The Ketchikan City Council is looking for ideas to address the community’s rise in overdoses

A view of downtown Ketchikan, seen from the cruise ship Veendam. (Leila Kheiry/KRBD)

What should Ketchikan do to address a rise in opioid overdoses?

It’s a big question with no easy answers, Ketchikan mayor-elect Dave Kiffer said at an Oct. 7 council meeting.

“I think this whole process is going to be a large dragon, and we’re going to grab the tail of it. We’re going to see how badly it burns us or not. But it’s — it should be interesting,” Kiffer said.

The council plans to discuss possible solutions at a special meeting scheduled for this Thursday.

Kiffer says it’s an early step in tackling the problem.

“We’re going to focus on, at least initially, on the opiate overdose situation,” he said. “Get as many of the different groups in town in the same room (and) at least start talking to each other. Because I think what we’ve had a lot of, unfortunately, is different groups siloing. And even with the city, we don’t know what’s being done.”

The meeting comes after public advocacy by resident Dave Timmerman. He’s repeatedly pressed Ketchikan’s city and borough governments to do more to address a growing drug problem in Ketchikan.

“People are dying,” Timmerman said at the council’s Aug. 19 meeting.

Timmerman, a former port operations director, told the council he had seen the area’s growing drug problem take its toll on his former staff.

“I’ve kept in contact with all those kids, all of them, they get a hold of me. We’ve lost at least three of them to suicide since then. We’ve lost some to overdoses since then. We lost one to overdose just a few weeks ago or a month ago,” he said.

Ketchikan’s fire department says overdose calls more than quadrupled in the first seven months of this year compared to the same time last year.

City Council Member Mark Flora says drug addiction is tied to other problems in Ketchikan — notably, homelessness.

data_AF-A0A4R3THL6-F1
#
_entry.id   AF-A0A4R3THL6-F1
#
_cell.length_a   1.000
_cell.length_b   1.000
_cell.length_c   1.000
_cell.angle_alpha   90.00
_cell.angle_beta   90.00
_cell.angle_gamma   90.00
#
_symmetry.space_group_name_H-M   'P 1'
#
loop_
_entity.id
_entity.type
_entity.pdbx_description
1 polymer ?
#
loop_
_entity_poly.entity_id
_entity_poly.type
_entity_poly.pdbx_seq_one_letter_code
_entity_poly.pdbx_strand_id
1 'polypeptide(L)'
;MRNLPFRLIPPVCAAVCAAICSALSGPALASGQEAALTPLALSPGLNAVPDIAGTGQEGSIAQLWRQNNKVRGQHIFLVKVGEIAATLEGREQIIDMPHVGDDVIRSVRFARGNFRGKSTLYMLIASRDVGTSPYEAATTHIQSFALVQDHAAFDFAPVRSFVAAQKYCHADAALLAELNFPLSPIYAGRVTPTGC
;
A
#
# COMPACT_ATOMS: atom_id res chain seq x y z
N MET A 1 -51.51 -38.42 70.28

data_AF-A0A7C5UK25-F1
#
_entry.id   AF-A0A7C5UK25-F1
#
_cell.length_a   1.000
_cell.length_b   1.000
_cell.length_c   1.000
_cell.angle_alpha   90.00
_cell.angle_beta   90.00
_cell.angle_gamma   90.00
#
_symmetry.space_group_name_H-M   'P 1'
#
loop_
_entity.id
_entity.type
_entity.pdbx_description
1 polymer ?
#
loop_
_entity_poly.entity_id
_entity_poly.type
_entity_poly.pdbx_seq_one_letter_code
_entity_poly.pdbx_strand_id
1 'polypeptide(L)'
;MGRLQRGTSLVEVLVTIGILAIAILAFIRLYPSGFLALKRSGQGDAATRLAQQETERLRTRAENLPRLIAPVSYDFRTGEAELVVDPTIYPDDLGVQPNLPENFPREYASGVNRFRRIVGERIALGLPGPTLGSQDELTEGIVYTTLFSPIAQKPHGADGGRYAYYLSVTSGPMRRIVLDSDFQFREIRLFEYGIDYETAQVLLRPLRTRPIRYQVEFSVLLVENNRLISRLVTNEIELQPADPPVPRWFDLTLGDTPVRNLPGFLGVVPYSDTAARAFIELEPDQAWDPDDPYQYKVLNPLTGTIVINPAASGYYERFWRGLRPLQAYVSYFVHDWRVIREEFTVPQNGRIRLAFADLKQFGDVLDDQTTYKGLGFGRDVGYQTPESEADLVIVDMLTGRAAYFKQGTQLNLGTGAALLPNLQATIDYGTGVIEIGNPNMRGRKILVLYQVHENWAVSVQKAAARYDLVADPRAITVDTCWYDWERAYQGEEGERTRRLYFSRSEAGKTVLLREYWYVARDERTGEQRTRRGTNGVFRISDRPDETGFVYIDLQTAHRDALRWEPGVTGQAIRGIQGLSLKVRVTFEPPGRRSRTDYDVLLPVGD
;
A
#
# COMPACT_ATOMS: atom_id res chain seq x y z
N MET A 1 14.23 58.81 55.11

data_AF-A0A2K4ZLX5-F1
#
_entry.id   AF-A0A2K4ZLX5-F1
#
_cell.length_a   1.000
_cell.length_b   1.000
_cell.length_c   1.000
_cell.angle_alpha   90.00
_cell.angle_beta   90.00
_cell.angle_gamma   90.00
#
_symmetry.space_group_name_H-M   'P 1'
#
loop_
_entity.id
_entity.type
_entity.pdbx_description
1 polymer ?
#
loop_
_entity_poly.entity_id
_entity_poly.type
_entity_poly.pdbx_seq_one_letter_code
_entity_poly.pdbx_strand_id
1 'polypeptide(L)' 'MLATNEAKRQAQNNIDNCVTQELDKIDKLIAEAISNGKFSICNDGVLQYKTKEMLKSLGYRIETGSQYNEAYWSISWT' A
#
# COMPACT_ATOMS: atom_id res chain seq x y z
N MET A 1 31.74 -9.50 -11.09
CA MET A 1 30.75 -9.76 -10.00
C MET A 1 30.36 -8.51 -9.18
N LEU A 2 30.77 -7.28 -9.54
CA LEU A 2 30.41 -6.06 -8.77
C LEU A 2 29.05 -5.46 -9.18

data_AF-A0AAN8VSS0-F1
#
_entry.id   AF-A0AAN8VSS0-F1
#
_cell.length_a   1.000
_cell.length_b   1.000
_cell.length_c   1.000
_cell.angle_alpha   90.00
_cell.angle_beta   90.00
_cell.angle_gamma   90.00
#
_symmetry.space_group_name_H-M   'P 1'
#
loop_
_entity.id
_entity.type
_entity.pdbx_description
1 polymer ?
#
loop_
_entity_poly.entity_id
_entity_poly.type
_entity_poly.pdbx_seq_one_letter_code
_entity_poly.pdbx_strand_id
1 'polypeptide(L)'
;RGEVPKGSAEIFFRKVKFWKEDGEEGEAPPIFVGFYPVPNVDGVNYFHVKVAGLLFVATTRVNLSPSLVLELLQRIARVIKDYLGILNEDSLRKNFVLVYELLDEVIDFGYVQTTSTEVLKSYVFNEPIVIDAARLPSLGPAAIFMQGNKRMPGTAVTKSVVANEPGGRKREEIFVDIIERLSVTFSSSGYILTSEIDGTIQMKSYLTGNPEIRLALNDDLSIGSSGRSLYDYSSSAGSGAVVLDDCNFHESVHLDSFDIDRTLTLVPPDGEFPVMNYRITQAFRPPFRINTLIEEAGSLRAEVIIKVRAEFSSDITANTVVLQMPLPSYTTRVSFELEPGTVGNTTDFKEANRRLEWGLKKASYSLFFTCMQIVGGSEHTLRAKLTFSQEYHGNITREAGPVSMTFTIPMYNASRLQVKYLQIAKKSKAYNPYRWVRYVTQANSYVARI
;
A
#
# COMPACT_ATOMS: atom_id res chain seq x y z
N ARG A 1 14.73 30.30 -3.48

“I think the homelessness issue and the addiction and dependency issues are joined at the hip,” he said at last week’s council meeting. “I don’t think they’re separable.”

Drug addiction was among the top four causes of homelessness in Ketchikan in last year’s survey by Ketchikan-based domestic violence advocacy group Women in Safe Homes. Other top factors include job loss, eviction and domestic violence.

Flora says it’s unlikely that any cheap, quick fixes will solve the problem.

“Part of the solution is going to be funding. And we’re going to need to be engaged with the community on what it is they also want to see,” he said.

But City Council Member Janalee Gage says she’s optimistic.

“This is going to be a big undertaking. However, I think that with all the individuals in the room, who bring a lot to the table, and the organizations that we have in this community, we can do it. It’s just going to be — It may be many nights of tearing your hair out,” she said.

Kiffer says it’s a problem that’s lasted decades. But he says he’s glad to see the process getting underway.

“My point at this point is starting somewhere,” he said.

The meeting starts at 6 p.m. Thursday in the Ted Ferry Civic Center. The council will hear from groups working on drug addiction and members of the public before starting their own conversation about the best way forward.

The meeting will be broadcast on local cable channels and livestreamed at the city’s website.

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